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Guest Post

Startups & Spin-offs: Assessing The Risk of Entering a New Market

Jump - or not? © Unsplash
Jump - or not? © Unsplash

When you as a startup or a corporate spin-off start operations, you’re entering a new ecosystem. An ecosystem in this sense is the aggregation of companies, institutions and other players inevitably connected through their shared goal or mission. Depending on the nature of your business, it could be local, global or even both. But one thing’s constant: any ecosystem is full of unknowns and insecurities.

For that reason, you want to be able to estimate the risk and the chances of being successful with the given resources and the competition in that ecosystem. And you want to do it upfront, right?

There are several ways to achieve that, but the best and most effective of these is talking. Having genuine conversations with potential stakeholders to see if they’re really aligned towards the same goals can help prevent failure. To facilitate that, we’d like to introduce you to an easy framework that allows startups and also corporate spin-offs to keep track of conversations and to determine their position within the ecosystem they want to enter.

Value Blueprints: Getting an overview of your ecosystem

We recommend Ron Adner’s ‘Value Blueprints’ to help you see the bigger picture. They help you find the right players to talk to and then to assess the risk when it comes to collaborating with them. For the purpose of analyzing the entry into an entrepreneurship ecosystem, we’ve extended the blueprints to include competitive and non-competitive players, as well as players with a good overview of the ecosystem itself.

To map out your blueprints, first, you have to define your end customer. This is always the player that ultimately benefits from the service/product provided. Next, map out the suppliers – the players you need to create value. Then come intermediaries – the players standing between you and the end customer. Finally you map the complementors or those who smooth the intermediaries’ path to the customer.

That done, you add players with a good overview of the ecosystem, as well as competitive and non-competitive players. Once they are on the blueprint, the outcome should look like the following graphic.

© Alexander Schuh

How to assess the risk

There are two questions which you should always ask yourself: “Are they able to perform the task I need them to?” (co-innovation risk) and “Are they also willing to perform the task needed?” (co-adoption risk). To be able to answer those questions before entering an ecosystem is crucial, because agreeing on the vision inside of an ecosystem does not necessarily mean agreeing on the way to reach it. If all players’ strategies are heading towards collaboration, they also partly assume underlying structures.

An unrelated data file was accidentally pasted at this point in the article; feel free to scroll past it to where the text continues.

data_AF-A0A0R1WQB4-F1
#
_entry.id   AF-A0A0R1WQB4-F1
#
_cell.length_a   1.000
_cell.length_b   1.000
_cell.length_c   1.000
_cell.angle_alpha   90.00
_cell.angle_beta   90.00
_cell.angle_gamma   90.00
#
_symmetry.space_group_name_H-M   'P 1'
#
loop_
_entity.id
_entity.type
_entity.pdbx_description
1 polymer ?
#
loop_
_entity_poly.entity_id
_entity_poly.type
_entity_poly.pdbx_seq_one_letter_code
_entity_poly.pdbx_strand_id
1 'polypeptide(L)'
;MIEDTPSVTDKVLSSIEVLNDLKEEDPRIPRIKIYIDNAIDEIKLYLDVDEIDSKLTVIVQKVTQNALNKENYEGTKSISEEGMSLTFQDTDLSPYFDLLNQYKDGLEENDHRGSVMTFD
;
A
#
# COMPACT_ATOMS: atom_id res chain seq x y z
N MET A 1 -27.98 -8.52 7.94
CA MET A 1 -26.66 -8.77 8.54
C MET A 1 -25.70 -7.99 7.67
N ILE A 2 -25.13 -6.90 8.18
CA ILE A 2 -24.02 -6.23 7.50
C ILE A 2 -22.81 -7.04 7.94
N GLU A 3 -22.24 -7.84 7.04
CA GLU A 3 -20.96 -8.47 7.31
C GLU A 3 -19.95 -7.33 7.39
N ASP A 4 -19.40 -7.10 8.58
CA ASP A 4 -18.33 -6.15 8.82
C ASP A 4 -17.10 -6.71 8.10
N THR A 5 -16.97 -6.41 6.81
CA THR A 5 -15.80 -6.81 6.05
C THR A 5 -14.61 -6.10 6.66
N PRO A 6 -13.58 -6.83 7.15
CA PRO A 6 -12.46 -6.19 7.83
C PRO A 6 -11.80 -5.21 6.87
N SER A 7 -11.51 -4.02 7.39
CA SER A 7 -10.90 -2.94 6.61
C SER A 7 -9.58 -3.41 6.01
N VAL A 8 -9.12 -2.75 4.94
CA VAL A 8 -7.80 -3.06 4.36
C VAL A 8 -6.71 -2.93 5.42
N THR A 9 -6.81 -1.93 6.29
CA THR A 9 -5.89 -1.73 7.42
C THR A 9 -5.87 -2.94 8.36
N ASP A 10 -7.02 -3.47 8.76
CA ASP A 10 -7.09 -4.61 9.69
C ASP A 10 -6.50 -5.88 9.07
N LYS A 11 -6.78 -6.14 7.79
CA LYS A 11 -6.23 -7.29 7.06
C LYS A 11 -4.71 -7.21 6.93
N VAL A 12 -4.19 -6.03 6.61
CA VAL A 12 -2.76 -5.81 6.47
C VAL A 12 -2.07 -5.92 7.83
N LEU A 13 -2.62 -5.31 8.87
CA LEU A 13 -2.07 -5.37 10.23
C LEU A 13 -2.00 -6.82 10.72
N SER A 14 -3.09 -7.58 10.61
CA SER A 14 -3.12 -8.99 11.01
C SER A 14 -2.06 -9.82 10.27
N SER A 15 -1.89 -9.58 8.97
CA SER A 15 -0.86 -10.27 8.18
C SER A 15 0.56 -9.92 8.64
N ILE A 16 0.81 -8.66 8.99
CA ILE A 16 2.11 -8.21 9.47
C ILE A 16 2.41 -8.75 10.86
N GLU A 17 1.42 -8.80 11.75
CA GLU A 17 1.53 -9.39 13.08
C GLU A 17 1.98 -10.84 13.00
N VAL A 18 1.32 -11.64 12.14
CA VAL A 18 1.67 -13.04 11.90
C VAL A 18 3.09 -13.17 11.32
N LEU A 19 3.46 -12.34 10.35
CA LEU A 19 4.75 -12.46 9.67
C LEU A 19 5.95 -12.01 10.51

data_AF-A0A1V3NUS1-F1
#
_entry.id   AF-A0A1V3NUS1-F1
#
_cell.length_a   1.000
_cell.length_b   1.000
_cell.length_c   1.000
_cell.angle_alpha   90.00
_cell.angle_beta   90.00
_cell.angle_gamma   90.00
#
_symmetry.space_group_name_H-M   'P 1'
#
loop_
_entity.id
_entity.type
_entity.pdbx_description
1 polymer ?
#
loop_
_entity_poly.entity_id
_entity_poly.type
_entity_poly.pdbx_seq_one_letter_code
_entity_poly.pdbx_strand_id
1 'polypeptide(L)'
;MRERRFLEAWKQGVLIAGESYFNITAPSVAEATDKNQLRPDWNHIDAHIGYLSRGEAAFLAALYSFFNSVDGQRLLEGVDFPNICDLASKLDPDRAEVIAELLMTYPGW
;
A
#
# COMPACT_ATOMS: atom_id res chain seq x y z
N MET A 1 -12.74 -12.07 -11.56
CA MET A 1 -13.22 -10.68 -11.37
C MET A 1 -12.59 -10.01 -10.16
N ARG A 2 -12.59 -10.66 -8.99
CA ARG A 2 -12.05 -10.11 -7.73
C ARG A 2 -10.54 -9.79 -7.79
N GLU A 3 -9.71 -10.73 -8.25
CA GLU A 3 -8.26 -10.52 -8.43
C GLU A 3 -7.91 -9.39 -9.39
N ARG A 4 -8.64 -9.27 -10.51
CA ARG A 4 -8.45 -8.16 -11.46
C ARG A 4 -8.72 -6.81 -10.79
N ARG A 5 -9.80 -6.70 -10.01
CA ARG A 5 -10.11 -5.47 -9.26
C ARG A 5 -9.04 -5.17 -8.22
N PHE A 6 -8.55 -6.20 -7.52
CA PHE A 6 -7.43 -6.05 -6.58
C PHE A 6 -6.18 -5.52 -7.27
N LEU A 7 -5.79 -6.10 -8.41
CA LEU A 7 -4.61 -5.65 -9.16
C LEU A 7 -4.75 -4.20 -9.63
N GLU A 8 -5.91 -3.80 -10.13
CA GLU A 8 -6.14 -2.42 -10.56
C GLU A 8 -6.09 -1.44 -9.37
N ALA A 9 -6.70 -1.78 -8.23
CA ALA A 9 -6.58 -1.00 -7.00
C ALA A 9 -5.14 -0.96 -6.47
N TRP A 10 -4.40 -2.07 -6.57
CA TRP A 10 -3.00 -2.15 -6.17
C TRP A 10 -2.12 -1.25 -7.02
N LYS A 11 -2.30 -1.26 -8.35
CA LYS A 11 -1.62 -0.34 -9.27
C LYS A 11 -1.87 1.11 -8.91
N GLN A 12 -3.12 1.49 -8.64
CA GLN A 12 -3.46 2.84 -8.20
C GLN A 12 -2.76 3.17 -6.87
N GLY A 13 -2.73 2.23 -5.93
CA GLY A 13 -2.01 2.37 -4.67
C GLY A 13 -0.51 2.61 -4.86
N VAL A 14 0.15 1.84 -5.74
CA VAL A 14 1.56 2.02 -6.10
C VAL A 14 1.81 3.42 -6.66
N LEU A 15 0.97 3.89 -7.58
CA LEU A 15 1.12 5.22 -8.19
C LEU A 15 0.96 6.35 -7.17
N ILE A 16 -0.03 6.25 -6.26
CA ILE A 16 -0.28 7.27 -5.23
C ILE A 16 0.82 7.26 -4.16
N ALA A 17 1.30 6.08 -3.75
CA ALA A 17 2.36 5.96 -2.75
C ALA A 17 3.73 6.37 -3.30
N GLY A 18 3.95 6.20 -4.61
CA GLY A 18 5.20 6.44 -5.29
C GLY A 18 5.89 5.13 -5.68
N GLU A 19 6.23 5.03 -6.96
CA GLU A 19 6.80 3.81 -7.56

Therefore, a system using traffic light colors has been developed in order to best rate and visualize the risk within the ecosystem. Green lights mean “We’re good to go,” a yellow light means “They can’t do it yet,” or “They don’t want to do it yet,” and a red light means “No way this will work.” It’s important to mention that a few yellow lights at the beginning are no major problem and can be solved by coming up with various incentives to turn them green. Red lights, however, can represent major issues, meaning that you might have to find another player to fill that gap or even change the business model. In the following graphic, the blueprints are extended by said traffic lights.

© Alexander Schuh
© Alexander Schuh

The process and outcome

Let’s pretend you own an online bookstore, ready to launch. Before drawing the blueprints for the first time, the players with a good overview about the specific ecosystem, as well as competitive and non-competitive players, have to be approached to find the gap in the existing ecosystem. Competitive players would be other services like Amazon and physical bookstores. Non-competitive players would be platforms which offer complementary goods to your customers.

After doing that and knowing where to start, you have to come up with a structure of the value blueprints (image 1) and assess the risk with the help of the traffic lights (image 2). Suppliers, in this case, could be publishers and IT infrastructure services. Intermediaries are resellers of your bookstore and complementors are delivery services. Last, the risk of collaboration has to be assessed as described.

After the first sketch, chances are that some alterations might be needed to the blueprints. So you sit down, adjust them according to the feedback and validate again and again and again…

These value blueprints could be perceived as rather unusual, especially for managers in bigger corporations, because they involve a lot of upfront conversations and agreements with outside parties. However, the “we’ll talk about that later in the process,” approach is just not appropriate and justifiable in a complex ecosystem and can eventually lead to major problems on the way.

We suggest modifying the notion of “If we build it, will they come?” and instead ask, “If we build it, how will they get here?”

And if the answer is “We’re not sure,” you definitely want to know that before you commit your resources!

Alexander Schuh is currently working at Pioneers Discover as Innovation Consultant, fostering startup – corporate collaboration. Besides that, he works as a Network Developer at the Entrepreneurship Ecosystem Research Network. If you are interested in the article or in the general topic of collaboration and ecosystems, feel free to get in touch with him via social media or via e-mail.

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